Over the past 7 years we’ve run 17 TADHack events across 100+ locations and received hundreds of remote / online entries. TADHack Orlando Online this weekend got me thinking, given the amazing results produced.
The quality and breadth of the hacks was better than ever. Chad Hart who took part this year after a break of several years with SMB reschedule using Simwood, commented on the quality being far greater than he remembered.
The quality improvement reflects a couple of developments:
- the programmable communications stacks are maturing, making them easier to mash-up;
- the heady days of developer marketing have passed into a more honest cooperation of joint learning, networking, and business development. And in my opinion most importantly bringing new blood in the ecosystem, programmable communications / telecoms has too high a gray haired old man ratio (yes I am one of them).
We managed to run a fully remote (online) event this weekend. A comment from some hackers, and I experienced it too, is hacking from home over a weekend is not really viewed as being truly busy by the family. Which can make it hard to get stuff done.
As social distancing restrictions lift in time, hybrid (both in-person and remote) will be the default approach for TADHack so people can choose what’s right for them. This is true for WFH (Work From Home) in general, its not everyone’s cup-of-tea. Also ignore most of the WFH advice out there, it’s wrong from my perspective given my 20 years of WFH. My only general piece of advice to the newbs is try to avoid snacking, keep to meal times, and get lots of exercise, else weight-gain will happen.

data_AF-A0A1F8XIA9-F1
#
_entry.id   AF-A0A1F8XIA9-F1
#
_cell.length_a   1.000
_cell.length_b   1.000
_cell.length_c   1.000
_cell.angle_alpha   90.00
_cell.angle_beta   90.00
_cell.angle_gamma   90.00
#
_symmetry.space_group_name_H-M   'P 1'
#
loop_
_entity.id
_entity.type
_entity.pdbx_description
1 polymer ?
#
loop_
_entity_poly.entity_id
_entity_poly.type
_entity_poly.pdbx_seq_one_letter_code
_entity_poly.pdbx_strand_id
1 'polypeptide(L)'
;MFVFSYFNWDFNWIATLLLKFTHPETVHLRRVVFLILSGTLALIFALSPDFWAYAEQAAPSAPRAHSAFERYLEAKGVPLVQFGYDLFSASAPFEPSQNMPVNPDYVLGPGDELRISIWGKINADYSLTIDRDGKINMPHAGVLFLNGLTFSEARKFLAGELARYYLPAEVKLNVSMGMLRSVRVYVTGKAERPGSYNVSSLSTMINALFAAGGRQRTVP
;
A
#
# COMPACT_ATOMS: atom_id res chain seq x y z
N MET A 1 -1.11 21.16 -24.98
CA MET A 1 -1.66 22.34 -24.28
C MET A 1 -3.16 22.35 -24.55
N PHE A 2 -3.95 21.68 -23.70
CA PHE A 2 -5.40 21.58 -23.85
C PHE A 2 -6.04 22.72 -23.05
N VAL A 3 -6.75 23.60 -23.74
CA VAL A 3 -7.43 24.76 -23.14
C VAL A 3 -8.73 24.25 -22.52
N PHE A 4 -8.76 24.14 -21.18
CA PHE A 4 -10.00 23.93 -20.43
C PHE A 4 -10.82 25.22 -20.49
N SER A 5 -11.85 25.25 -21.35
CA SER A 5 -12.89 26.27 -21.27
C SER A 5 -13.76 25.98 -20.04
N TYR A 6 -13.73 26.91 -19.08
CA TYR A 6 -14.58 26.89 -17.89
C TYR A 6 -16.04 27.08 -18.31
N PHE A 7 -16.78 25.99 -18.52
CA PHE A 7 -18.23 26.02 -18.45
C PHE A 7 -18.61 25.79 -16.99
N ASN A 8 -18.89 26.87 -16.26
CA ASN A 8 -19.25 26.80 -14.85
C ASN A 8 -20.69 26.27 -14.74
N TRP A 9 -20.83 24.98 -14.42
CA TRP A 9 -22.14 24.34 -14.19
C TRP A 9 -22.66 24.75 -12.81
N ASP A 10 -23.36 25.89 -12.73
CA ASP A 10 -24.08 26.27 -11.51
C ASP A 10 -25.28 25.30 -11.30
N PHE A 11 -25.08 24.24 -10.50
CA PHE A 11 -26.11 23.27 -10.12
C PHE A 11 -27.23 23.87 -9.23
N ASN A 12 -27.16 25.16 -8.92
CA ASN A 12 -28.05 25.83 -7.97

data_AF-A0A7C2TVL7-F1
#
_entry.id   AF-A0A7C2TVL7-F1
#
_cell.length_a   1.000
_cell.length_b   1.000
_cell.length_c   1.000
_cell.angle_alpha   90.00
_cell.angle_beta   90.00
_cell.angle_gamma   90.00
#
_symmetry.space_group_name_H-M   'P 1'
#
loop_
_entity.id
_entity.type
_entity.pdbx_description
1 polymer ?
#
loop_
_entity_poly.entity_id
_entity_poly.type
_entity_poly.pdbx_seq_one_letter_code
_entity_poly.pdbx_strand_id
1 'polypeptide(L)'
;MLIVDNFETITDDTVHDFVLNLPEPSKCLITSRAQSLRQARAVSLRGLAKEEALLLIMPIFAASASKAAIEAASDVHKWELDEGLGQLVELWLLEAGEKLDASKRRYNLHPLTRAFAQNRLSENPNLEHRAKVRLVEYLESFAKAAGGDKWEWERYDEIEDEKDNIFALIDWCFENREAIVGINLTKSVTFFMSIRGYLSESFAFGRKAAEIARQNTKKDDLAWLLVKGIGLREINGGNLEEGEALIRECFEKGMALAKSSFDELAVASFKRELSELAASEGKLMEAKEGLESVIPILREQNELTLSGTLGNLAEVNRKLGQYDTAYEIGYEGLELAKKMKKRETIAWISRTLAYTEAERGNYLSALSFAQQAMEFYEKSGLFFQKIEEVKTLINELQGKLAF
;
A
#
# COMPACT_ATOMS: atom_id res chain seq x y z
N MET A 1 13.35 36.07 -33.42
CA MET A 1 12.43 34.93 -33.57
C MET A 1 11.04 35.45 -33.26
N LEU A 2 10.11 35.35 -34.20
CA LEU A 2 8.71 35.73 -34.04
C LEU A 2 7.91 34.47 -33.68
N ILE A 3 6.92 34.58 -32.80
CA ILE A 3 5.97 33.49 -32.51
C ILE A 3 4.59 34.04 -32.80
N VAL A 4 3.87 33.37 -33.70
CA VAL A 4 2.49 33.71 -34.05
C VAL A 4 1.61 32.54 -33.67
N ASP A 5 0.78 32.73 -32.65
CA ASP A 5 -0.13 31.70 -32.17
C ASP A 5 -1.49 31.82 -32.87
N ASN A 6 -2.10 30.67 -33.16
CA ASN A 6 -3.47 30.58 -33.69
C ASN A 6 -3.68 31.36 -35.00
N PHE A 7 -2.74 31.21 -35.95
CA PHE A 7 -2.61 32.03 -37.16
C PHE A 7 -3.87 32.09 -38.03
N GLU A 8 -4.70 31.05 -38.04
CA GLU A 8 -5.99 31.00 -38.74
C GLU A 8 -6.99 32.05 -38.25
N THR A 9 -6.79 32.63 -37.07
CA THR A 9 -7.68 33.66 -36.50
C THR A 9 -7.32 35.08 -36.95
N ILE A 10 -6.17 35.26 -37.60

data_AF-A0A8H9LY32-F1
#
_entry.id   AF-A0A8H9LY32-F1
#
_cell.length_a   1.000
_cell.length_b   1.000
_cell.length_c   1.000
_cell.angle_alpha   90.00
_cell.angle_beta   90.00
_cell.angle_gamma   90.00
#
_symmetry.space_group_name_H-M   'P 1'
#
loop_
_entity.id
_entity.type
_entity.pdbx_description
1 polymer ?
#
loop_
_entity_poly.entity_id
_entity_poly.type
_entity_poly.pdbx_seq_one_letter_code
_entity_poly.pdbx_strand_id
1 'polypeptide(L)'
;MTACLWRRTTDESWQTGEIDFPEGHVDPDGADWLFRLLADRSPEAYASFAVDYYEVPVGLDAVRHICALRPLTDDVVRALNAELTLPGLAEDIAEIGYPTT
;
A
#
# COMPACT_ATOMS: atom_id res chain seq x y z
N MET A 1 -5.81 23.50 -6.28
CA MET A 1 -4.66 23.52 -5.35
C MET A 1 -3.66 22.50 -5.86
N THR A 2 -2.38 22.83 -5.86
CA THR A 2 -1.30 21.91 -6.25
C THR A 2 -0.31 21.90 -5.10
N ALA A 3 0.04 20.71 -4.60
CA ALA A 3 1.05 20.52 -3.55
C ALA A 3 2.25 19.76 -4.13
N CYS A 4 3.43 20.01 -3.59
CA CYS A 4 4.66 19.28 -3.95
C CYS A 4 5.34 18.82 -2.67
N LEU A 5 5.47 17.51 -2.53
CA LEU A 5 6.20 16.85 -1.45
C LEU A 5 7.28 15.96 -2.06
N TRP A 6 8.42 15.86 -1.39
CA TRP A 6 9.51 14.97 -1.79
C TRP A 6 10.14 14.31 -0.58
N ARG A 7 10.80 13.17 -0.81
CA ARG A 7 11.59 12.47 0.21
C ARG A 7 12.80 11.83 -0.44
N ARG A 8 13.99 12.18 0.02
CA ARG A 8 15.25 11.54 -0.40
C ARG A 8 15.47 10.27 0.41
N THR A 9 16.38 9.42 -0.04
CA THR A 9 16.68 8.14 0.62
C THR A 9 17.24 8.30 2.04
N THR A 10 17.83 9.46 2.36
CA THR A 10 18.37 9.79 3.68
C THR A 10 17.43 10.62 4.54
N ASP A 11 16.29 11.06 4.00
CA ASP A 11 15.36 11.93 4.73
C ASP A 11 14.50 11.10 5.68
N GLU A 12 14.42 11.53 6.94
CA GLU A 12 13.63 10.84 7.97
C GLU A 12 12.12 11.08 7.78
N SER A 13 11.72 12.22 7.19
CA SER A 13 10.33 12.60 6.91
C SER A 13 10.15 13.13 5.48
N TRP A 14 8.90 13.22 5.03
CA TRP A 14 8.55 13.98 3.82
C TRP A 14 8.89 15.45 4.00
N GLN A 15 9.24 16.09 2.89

Over half the hacks included intelligent agents, generally using Google Dialogflow, which is now just part of the programmable communications stack. Asterisk (open source TAS for processing calls) was mashed-up with Simwood (telco making the calls and messaging happen), as well as Apidaze and Intelepeer (both CPaaS). It’s a software stack web-centric developers understand, and can mash-up and build upon to solve problems important to them. Check out the pitches, as well as the slides to see the complex stacks built in about 24 hours over one weekend.
By letting developers work on what matters to them we had a good diversity of hacks:
- couple of games created (TeleDoom and TeleQuest);
- great development tool from Sam Machin using Node-Red for Asterisk;
- IoT Feral Cat Trap hack from Prof Jerry Reed of Valencia College;
- couple of hacks addressing immediate market needs (SMB Reschedule and Jarvis Phone Assistant); and
- A range of agent based hacks like Food Finder – Eat Local and Home School Helper that used all the sponsors’ resources.
To the Enterprise Connect Virtual audience, copy what Avaya did earlier this year with TADHack Phoenix. Bring your ecosystem together with a healthy dose of web / non-telecom developers. Get them hacking on your platforms, solving problems that matter to them, not you. You’ll not find your killer app, they don’t exist. But you will set your business and ecosystem on a trajectory to better serve your customers.
Programmable communications is evolving, the stack is getting easier to use by many more people. Programmable comms hackathons have become an honest cooperation of joint learning, networking, business development, and bringing vital new blood into the industry. Its all about building sustainable businesses together, not evangelist BS!